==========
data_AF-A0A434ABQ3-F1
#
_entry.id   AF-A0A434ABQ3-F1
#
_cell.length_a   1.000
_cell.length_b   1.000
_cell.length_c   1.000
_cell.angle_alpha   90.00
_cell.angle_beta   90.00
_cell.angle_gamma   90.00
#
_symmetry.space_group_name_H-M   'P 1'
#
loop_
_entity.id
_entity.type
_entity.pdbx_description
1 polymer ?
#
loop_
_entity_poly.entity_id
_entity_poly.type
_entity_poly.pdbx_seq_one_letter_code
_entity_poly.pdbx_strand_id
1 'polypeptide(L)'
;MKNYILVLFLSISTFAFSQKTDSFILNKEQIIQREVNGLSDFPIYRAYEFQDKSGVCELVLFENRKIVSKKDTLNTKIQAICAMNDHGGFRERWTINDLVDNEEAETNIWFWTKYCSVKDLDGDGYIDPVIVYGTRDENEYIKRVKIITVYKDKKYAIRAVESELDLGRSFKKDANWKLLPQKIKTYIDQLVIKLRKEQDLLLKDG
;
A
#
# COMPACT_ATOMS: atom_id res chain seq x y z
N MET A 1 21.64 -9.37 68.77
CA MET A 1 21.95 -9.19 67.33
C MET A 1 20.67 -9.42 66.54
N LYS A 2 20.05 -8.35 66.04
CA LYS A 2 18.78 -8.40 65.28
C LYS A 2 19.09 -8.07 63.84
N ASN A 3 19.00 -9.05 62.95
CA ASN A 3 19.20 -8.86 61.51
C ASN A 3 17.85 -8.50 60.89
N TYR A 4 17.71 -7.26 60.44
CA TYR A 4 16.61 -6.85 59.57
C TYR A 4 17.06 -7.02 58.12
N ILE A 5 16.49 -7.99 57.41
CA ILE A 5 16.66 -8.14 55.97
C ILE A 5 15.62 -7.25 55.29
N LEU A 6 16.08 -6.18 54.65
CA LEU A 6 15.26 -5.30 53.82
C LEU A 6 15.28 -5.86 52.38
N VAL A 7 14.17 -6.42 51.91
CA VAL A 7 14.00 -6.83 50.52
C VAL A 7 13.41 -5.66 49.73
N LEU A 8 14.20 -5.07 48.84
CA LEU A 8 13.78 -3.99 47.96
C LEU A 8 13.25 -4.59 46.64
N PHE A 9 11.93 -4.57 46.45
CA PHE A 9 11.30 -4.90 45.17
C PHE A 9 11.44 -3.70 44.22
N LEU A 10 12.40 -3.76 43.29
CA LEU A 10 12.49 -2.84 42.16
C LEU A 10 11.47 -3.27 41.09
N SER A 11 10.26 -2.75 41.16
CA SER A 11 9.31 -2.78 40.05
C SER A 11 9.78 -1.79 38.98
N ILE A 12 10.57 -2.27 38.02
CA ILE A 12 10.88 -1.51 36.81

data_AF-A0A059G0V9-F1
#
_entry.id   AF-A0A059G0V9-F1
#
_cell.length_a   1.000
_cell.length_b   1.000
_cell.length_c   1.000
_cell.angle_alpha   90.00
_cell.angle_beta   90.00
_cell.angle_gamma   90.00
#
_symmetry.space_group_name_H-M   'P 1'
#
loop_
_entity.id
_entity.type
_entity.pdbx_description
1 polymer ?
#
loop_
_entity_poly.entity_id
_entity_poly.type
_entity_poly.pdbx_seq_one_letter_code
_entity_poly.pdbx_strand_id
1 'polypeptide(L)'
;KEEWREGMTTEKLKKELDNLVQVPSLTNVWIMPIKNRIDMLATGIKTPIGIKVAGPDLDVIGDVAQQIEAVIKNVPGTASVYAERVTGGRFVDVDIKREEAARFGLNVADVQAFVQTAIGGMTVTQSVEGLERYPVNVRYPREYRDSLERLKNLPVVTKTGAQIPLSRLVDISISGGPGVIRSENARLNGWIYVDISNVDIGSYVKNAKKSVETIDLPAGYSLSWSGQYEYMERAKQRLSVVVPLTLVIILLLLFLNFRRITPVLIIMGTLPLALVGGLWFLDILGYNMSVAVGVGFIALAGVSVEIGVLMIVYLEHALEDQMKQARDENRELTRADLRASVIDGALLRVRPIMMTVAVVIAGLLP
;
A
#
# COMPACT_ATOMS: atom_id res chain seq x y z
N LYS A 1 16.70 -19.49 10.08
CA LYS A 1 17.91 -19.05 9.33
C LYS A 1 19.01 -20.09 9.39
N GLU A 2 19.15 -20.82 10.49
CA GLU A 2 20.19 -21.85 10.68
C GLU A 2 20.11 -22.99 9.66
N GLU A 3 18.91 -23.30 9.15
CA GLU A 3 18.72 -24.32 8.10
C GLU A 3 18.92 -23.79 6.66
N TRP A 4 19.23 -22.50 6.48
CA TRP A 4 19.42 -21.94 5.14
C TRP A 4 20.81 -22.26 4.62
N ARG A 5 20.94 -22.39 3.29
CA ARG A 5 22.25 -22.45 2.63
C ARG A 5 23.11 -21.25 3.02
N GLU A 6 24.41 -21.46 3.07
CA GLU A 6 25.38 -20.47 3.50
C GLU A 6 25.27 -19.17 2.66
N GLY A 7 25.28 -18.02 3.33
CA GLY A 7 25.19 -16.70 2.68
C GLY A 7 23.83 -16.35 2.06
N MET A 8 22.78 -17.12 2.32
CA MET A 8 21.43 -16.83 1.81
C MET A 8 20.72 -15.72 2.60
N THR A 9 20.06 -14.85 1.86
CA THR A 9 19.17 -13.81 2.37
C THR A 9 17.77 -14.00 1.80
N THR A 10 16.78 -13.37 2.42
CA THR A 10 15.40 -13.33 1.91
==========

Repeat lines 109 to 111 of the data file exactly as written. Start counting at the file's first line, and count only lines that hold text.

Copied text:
CA ARG A 5 22.25 -22.45 2.63
C ARG A 5 23.11 -21.25 3.02
N GLU A 6 24.41 -21.46 3.07